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Domestic Violence & Orders of Protection in Arizona

While domestic violence is a serious offense that cannot be taken lightly, it involves several important issues about people’s legal rights and it often involves the rights of children as well. If you are facing domestic violence charges, you’ll want to become familiar with this offense.

What is domestic violence? When a person threats, harasses, molests, attacks, batters, or strikes an intimate partner, a spouse, a family member, or his or her children, they are committing domestic violence. Domestic violence affects families from all ethnic, educational, and socioeconomic backgrounds.

In Arizona, domestic violence is covered under the Arizona Revised Statutes (A.R.S.) §13-3601. Under this Section, when a law enforcement officer responds to a domestic violence call, he or she shall determine if a minor is in the home.

If the officer finds that a minor is present at the scene, the officer will conduct a child welfare check to ensure the child’s safety and to determine if the child may be a victim of child abuse.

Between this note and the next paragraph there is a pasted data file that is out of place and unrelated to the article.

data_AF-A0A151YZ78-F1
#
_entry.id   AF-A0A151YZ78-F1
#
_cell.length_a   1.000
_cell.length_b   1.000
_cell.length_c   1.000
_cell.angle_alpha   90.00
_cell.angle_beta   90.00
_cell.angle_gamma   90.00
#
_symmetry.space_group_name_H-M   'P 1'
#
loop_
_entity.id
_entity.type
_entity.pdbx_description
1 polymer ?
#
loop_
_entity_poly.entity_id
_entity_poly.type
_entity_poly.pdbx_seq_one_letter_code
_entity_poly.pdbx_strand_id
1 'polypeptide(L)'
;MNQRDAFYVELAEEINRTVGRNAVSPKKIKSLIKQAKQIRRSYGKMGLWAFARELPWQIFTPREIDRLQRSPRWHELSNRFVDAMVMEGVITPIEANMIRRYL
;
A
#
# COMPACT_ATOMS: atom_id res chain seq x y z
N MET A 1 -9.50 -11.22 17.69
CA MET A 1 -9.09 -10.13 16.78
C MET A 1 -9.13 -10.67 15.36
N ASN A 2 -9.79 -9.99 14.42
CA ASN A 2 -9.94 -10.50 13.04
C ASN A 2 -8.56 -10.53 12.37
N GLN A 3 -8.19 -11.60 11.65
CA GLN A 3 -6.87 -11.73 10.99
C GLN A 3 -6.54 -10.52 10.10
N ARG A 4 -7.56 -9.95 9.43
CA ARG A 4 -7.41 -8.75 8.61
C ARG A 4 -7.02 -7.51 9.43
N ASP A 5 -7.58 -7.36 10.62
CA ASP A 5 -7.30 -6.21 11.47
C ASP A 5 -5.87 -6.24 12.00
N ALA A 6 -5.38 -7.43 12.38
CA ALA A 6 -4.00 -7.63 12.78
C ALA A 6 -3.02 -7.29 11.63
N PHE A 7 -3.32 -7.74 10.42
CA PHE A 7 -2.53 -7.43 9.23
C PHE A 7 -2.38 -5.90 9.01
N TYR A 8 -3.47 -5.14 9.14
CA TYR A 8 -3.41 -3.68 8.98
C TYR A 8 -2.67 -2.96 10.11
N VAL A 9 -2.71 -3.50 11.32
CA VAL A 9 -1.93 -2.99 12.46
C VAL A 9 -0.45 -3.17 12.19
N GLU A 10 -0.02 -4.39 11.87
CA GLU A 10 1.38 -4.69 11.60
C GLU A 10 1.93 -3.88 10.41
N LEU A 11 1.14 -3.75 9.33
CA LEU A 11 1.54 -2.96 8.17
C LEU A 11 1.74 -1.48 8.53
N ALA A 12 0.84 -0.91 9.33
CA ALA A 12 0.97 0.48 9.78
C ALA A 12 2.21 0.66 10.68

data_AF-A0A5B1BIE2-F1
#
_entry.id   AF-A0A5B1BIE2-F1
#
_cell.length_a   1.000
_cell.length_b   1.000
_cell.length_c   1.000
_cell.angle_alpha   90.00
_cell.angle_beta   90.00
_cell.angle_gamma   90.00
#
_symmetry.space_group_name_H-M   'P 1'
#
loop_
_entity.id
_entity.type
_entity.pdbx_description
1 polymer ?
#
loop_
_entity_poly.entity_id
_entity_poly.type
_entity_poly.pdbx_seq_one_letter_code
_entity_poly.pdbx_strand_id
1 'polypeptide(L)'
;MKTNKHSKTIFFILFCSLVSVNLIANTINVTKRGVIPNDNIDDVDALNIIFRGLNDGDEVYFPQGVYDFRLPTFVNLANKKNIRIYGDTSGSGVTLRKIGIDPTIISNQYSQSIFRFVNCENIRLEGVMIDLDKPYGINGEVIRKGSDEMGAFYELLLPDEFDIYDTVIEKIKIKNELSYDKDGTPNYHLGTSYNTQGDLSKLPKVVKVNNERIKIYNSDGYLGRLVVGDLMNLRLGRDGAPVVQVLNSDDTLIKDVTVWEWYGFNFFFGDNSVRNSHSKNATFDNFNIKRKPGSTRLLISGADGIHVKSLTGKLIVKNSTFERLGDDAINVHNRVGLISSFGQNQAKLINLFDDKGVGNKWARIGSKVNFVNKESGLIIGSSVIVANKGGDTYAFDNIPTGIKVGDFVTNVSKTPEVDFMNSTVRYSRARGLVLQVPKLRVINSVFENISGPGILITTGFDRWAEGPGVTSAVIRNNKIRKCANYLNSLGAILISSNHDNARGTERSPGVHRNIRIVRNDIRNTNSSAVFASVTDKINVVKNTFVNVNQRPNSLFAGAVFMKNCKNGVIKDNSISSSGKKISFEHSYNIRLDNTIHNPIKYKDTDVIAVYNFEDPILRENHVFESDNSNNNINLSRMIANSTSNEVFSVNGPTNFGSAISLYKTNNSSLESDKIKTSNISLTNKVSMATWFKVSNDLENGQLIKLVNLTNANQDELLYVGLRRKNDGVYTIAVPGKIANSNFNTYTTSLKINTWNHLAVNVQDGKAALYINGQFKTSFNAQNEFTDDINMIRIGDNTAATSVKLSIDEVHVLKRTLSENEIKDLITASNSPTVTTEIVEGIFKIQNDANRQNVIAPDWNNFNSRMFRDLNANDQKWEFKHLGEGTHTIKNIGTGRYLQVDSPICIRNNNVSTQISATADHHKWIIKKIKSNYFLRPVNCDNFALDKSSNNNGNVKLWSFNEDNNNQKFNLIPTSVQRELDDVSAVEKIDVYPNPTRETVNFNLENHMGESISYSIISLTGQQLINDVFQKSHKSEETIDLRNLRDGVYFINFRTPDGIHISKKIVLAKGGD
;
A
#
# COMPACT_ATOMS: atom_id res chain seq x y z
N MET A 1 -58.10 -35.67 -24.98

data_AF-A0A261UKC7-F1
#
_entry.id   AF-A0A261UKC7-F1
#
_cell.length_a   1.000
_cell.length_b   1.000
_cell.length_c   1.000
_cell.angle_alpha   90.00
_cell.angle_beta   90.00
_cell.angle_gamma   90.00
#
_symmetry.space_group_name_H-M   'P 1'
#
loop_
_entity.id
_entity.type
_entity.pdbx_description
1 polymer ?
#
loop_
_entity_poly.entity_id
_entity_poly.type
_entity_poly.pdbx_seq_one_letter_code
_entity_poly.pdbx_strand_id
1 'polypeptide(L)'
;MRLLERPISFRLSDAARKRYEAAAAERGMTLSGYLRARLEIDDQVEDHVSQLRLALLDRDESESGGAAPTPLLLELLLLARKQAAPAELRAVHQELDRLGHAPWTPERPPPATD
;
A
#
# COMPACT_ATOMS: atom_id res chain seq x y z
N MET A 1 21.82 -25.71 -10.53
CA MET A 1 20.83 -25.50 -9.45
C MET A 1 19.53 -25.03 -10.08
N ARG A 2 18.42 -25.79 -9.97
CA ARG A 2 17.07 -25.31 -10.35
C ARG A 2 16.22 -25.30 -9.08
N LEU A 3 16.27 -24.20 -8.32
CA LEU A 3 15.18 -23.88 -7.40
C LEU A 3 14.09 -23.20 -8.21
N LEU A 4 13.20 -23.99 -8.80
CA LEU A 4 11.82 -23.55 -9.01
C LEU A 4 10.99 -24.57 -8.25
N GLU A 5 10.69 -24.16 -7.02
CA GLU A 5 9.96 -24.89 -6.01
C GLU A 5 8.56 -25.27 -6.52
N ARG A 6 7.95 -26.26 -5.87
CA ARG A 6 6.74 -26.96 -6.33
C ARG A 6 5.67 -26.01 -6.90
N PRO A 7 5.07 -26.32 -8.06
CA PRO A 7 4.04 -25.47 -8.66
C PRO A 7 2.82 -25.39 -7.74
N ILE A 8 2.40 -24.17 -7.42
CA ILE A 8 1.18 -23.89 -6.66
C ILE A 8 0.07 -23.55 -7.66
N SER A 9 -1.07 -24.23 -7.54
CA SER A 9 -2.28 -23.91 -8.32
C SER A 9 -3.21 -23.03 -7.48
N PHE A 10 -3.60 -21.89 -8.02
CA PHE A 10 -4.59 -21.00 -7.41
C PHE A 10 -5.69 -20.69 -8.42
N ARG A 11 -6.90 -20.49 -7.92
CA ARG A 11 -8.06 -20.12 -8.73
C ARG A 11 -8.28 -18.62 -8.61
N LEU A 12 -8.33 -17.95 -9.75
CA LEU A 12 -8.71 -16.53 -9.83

What You Need to Know About Protective Orders

If a victim of domestic violence wants to seek an Order of Protection from the courts, the victim, also known as the plaintiff must be able to show the court that their attacker (the defendant) has committed or may commit domestic violence in the future.

The plaintiff doesn’t have to be injured to ask the court for an Order of Protection. Aside from physical abuse, domestic violence can also occur when the defendant attempts to:

  • Harass the plaintiff
  • Threaten or intimidate the plaintiff
  • Interfere with child custody
  • Restrain or hold a person as prisoner
  • Threaten the plaintiff with a deadly weapon
  • Assault the plaintiff with a weapon
  • Trespass or damage the plaintiff’s property
  • Secretly photograph, videotape or record another person

Under Arizona law, the perpetrator only needs to threaten to harm the person once for the state to consider it domestic violence.

If you are a defendant seeking to get an Order of Protection against you dismissed, please note that the order is valid for one year after it’s served.

As the defendant, you’ll need to file a written request for a hearing with the same court that issued the Order of Protection against you.

A judge may order you to surrender ALL firearms in your possession if the judge finds you to be a credible threat to the plaintiff. If such an order is issued, you must turn over all firearms in your possession to your local law enforcement agency.

Facing domestic violence charges? Contact the Law Offices of Joshua S. Davidson, PLC to schedule a free case evaluation with a Phoenix criminal defense attorney who is a former prosecutor!